This past August, Amy Nicholson’s compelling, bittersweet documentary Zipper: Coney Island’s Last Wild Ride opened to wide acclaim during an extended run at the IFC Center. Winner of a Special Jury Prize at the 2012 DOC NYC festival, Zipper follows the fate of Eddie Miranda’s Zipper amusement park ride as a microcosm of the controversial rezoning and commercialization plans that threaten to change Coney Island forever. In her director’s statement, Nicholson, a longtime marketing creative director in New York City who has taken the film, her third documentary, all over the country, explains, “I have two ambitions for Zipper. First, to expose how and why the ‘poor people’s Riviera’ became the prize in a fight between a billionaire developer and a billionaire mayor. Second, to remind the world of Coney Island’s true character, so that other great cultural icons might be valued more for their sense of place than for their real estate.” Her next stop is Nitehawk Cinema in Williamsburg, where she’ll take part in a Q&A following a special “Local Color” screening on October 30 at 9:30. As an added bonus, each attendee gets a free Coney Island beer. In anticipation of the Nitehawk event, Nicholson recently discussed with twi-ny the Zipper, the advertising business, the future of Coney Island, and more.
twi-ny: What was the genesis of the Zipper project?
Amy Nicholson: Believe it or not, I was looking for the Jumble in the Daily News when I came across an article about the Zipper leaving Coney Island and my heart sank. I loved that ride as a kid; it’s the quintessential crazy carnival contraption and the perfect symbol of all that’s great about a place like Coney Island. Originally I was just going to do a short homage to the Zipper, but I got sucked into the politics of why Eddie Miranda and a lot of other small operators were leaving. The more I looked into it, the bigger it got.
twi-ny: What kind of personal connection did you have with Coney Island prior to starting the project? How would you say it has changed since then?
Amy Nicholson: I have lived in New York since the late ’80s and my best friend and I would go down to Coney Island on hot summer nights and just hang out and people watch. It’s really the best place in the world to soak up that beach/carnival/melting pot atmosphere. As Joey says in the film, “Once you get the sand in your shoes....”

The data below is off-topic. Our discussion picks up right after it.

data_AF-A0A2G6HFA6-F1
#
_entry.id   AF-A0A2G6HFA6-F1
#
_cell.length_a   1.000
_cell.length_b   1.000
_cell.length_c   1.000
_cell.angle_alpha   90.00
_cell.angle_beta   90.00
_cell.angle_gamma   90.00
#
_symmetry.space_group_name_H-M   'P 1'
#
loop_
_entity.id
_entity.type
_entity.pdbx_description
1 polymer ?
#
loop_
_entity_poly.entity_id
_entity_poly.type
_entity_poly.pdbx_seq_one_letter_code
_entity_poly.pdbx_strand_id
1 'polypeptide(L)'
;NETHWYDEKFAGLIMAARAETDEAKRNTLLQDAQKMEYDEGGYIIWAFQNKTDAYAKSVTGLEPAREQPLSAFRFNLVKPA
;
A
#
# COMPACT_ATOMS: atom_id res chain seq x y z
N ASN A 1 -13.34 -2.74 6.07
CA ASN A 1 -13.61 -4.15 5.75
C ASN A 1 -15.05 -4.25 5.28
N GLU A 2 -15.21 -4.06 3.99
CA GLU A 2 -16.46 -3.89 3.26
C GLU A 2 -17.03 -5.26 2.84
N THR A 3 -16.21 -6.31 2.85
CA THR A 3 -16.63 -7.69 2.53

(Sidebar about riding the Zipper in Coney: Eddie’s Zipper was an older hydraulic model, which meant it used a lot of oil. If the temperature was hot during the day — and cooler at night — the Zipper would spin a lot more aggressively as the oil cooled. The loader, Freddie, and I made a pact to ride on the last night after the very last shot, but when he chickened out, so did I. Apparently the conditions were perfect for making the Zipper spin like crazy that day and he said there had been a lot of barfing!)
twi-ny: How would you say it has changed since the late ’80s?
Amy Nicholson: Coney Island is a really addicting place for so many reasons. I can never sum it up as well as the guys do in the last scenes of Zipper. But I can tell you for certain that’s been the biggest change. The complexion of the place is very different now and not in a good way. There are still a few of the old guard there, but the rest is either an empty lot or new construction that feels soulless. The new rides are nice, but Coney Island is well on its way to being sterilized.
twi-ny: Has anything changed in the rezoning/development fight since the film was released?
Amy Nicholson: When the film leaves off at the end of 2009, Bloomberg was just reelected to a third term. A deal was made with Thor Equities to purchase about half of their property for around $100 million, and the city leased newly created parkland to a single operator. Since then, Thor has built one retail building and Central Amusements International has brought in new rides, primarily in areas where there were rides before the fight began. There have been some nice improvements, but there are still plenty of empty lots and none of the promised affordable housing or hotels have materialized. Nor is Coney Island year-round — the reason the public was told the rezoning had to happen. We are also coming up on the one-year anniversary of Sandy, which did some horrific damage, but almost all of the rides and games survived. The final super[title] of the film that states what the resolution was after all the years of battling still stands.
twi-ny: How do you think documentaries like yours can make a difference in such battles?
Amy Nicholson: I think documentaries like mine not only serve as a record of history, but I hope they exposed the truth about how politics and the constant need for growth can change cities far too quickly and not necessarily for the better. As a regular citizen, you would have had to follow the story for six years, digging around, attending meetings, and asking questions. It’s a lot to ask for a busy public, and in the end, the public process is pretty much a joke. So on the most basic level, you can watch Zipper and see the whole story unfold in seventy-seven minutes and at least walk away with a basic understanding of why there’s an Applebee’s in Coney Island now.